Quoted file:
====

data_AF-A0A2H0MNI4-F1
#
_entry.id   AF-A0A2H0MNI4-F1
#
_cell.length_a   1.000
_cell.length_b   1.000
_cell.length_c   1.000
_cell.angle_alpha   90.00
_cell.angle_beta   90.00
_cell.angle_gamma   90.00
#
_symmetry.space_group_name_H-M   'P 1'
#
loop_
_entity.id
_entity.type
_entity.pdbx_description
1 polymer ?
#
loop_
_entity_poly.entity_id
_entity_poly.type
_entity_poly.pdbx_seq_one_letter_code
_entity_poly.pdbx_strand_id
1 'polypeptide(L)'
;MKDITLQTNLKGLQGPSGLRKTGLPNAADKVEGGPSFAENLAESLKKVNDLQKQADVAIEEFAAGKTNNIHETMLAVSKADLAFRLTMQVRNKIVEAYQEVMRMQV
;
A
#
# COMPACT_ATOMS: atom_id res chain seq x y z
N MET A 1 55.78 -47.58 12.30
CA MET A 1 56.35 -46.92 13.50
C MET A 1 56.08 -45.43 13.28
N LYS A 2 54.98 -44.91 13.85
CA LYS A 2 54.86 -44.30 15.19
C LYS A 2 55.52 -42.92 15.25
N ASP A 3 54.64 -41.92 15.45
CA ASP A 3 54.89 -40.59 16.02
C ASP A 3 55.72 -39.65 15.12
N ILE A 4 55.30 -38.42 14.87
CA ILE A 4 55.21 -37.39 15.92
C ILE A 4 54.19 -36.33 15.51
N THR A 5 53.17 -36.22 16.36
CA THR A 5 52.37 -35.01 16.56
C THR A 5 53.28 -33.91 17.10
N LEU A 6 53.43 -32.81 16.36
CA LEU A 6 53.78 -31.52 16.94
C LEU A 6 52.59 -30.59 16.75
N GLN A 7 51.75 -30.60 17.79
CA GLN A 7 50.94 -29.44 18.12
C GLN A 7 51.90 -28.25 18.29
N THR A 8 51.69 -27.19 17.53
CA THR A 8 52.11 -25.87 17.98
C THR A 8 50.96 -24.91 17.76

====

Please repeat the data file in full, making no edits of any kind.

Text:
data_AF-A0A2H0MNI4-F1
#
_entry.id   AF-A0A2H0MNI4-F1
#
_cell.length_a   1.000
_cell.length_b   1.000
_cell.length_c   1.000
_cell.angle_alpha   90.00
_cell.angle_beta   90.00
_cell.angle_gamma   90.00
#
_symmetry.space_group_name_H-M   'P 1'
#
loop_
_entity.id
_entity.type
_entity.pdbx_description
1 polymer ?
#
loop_
_entity_poly.entity_id
_entity_poly.type
_entity_poly.pdbx_seq_one_letter_code
_entity_poly.pdbx_strand_id
1 'polypeptide(L)'
;MKDITLQTNLKGLQGPSGLRKTGLPNAADKVEGGPSFAENLAESLKKVNDLQKQADVAIEEFAAGKTNNIHETMLAVSKADLAFRLTMQVRNKIVEAYQEVMRMQV
;
A
#
# COMPACT_ATOMS: atom_id res chain seq x y z
N MET A 1 55.78 -47.58 12.30
CA MET A 1 56.35 -46.92 13.50
C MET A 1 56.08 -45.43 13.28
N LYS A 2 54.98 -44.91 13.85
CA LYS A 2 54.86 -44.30 15.19
C LYS A 2 55.52 -42.92 15.25
N ASP A 3 54.64 -41.92 15.45
CA ASP A 3 54.89 -40.59 16.02
C ASP A 3 55.72 -39.65 15.12
N ILE A 4 55.30 -38.42 14.87
CA ILE A 4 55.21 -37.39 15.92
C ILE A 4 54.19 -36.33 15.51
N THR A 5 53.17 -36.22 16.36
CA THR A 5 52.37 -35.01 16.56
C THR A 5 53.28 -33.91 17.10
N LEU A 6 53.43 -32.81 16.36
CA LEU A 6 53.78 -31.52 16.94
C LEU A 6 52.59 -30.59 16.75
N GLN A 7 51.75 -30.60 17.79
CA GLN A 7 50.94 -29.44 18.12
C GLN A 7 51.90 -28.25 18.29
N THR A 8 51.69 -27.19 17.53
CA THR A 8 52.11 -25.87 17.98
C THR A 8 50.96 -24.91 17.76